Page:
Planck: "We have the theory of relativity”
ALS in German, signed “M. Planck,” four pages on two adjoining sheets, 4.5 x 7, March 21, 1920. Handwritten letter to Dr. Ludwik Silberstein. In full (translated): "Receive my best thanks for your valued letter of the 10th of this month and the offprint you sent of your interesting essay in the Philosophical Magazine on the compressible light ether. To be sure, there is something alluring about explaining the new Einstein effect, the deflection of light rays near the sun, in the old way, by a condensation of the light ether. But nevertheless, I have to say that I have entirely stepped back from that kind of approach, which was only a makeshift, now that we have the theory of relativity. I developed the idea back then in an exchange of letters with Lorentz, but it never properly satisfied me, because I still found too much arbitrariness in it. Nonetheless, it seemed interesting to me to emphasize (as I wrote to Lorentz with the corresponding calculations) that it indeed does not resolve matters if the ether is taken to be adhering to the earth’s surface, but that practically the same result is obtained if the ether is thought of as condensed and gliding along the earth’s surface. While I did not ascribe any great significance to the subject, for the reasons mentioned, Lorentz did consider it, in connection with related questions, worth the trouble to publish, and he did so with my agreement.
Now I am again reminded of these things by your note, but despite the deftness with which you know how to awaken interest in these things again, I nevertheless have to say that for the time being I still do not think differently about them than before. Yes, if the red shift of the spectral lines called for by the theory of relativity did not exist! That would be something entirely different. But I still continue to believe that on exact measurement, it will be shown to be in fact the case, and I intend in any event to wait on further speculations until this experimental question has been decided. Right now I am working industriously on the new edition of my Wärmestrahlung [Heat radiation] and the new formulation of quantum theory occasioned by it. One does gradually make some forward progress." Silberstein notes the dates of receipt and reply at the top. In fine condition.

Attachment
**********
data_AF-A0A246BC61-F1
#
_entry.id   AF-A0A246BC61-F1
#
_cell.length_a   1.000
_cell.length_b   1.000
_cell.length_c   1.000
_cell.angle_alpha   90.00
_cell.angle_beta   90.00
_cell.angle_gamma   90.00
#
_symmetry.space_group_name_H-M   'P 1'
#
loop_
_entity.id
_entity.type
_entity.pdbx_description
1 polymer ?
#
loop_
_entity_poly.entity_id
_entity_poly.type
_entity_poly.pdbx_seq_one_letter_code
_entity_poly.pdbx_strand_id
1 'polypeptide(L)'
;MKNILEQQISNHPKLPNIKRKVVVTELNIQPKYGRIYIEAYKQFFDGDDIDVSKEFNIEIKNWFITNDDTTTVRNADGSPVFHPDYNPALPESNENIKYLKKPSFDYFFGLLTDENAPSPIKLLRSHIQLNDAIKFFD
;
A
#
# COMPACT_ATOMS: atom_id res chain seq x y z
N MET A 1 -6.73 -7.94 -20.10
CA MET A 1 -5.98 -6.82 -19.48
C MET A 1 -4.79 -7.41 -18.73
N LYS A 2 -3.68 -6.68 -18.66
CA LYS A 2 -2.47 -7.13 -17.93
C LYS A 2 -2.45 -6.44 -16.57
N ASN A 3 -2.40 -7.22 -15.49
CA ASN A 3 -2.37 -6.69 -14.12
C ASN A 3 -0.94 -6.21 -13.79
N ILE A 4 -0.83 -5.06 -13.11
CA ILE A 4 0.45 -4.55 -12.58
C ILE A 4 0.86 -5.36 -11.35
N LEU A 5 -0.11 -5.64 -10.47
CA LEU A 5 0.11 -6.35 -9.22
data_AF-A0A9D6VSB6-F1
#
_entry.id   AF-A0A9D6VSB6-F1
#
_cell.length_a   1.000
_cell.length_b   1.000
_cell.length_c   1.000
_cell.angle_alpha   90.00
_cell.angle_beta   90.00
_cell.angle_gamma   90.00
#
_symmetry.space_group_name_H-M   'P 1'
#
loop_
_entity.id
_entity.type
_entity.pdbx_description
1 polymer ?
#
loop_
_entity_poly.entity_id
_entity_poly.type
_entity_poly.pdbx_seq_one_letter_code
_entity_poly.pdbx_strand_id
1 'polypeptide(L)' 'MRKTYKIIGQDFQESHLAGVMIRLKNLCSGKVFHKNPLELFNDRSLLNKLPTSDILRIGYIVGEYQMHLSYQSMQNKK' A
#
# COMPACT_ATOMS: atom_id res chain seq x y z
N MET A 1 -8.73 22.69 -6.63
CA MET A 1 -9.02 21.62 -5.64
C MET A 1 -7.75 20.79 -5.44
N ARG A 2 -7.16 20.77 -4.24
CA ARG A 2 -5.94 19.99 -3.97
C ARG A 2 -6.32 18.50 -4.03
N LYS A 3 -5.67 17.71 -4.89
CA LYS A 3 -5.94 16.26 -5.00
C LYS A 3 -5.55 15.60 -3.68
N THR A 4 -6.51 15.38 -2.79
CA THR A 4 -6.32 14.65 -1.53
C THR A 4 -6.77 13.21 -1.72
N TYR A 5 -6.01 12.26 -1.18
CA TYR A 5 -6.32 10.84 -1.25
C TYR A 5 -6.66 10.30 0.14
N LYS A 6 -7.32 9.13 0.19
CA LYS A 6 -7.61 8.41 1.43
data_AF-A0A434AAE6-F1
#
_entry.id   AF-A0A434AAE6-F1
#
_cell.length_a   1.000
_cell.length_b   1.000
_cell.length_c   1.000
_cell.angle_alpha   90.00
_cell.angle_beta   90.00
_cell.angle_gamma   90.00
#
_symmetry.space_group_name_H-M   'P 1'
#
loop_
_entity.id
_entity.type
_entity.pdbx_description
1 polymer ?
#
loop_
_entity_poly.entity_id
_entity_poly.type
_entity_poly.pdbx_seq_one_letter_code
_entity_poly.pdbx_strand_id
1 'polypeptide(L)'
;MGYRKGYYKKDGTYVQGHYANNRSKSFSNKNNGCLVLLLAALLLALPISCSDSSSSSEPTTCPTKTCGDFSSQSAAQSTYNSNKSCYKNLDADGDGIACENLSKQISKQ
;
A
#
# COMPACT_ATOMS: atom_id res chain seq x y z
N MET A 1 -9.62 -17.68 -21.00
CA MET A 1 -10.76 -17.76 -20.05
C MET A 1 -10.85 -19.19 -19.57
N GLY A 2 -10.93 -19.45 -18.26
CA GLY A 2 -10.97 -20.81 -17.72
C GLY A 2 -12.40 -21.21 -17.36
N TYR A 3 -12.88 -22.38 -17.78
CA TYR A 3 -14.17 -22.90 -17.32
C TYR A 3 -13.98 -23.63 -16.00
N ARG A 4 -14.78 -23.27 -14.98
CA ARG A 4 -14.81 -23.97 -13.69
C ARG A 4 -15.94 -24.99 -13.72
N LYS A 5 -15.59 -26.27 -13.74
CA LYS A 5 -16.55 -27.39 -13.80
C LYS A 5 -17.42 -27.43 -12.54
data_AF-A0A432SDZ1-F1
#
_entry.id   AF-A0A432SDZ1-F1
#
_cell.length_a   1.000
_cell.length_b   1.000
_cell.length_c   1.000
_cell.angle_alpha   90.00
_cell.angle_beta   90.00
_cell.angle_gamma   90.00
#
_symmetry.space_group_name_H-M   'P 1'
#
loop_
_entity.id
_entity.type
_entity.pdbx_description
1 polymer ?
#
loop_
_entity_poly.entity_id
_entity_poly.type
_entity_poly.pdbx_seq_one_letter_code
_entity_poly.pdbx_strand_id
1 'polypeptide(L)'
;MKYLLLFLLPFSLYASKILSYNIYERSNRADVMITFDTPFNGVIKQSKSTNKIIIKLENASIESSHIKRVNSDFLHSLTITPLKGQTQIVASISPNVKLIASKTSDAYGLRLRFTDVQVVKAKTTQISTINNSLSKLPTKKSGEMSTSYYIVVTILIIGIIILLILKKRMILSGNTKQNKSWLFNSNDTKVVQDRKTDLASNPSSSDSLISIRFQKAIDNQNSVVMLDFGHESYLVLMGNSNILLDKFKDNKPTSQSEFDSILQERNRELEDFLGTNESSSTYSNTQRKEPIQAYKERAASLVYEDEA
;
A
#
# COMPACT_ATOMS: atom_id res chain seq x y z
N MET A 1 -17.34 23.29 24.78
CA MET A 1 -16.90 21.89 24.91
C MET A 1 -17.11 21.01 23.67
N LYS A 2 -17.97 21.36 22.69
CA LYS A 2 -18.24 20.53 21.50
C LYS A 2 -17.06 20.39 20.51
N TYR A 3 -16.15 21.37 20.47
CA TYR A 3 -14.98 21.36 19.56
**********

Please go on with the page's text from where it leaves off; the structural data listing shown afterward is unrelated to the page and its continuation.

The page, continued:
Although not obvious from the correspondence between him and Einstein presented in this catalog, Silberstein was a staunch believer in the all-pervading ether, and an equally strong denier of relativity. Faced with the experimental verification of the bending of light by the Sun, Silberstein invented a non-relativistic explanation—treating it, as Planck states, “in the old way, by a condensation of the light ether.”
Planck finds these ideas—and similar ones put forth by Lorentz—“arbitrary,” and proclaims his belief in relativity: “Yes, if the red shift of the spectral lines called for by the theory of relativity did not exist… That would be something entirely different. But I still continue to believe that on exact measurement, it will be shown to be in fact the case.”
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From the collection of physicist Ludwik Siberstein.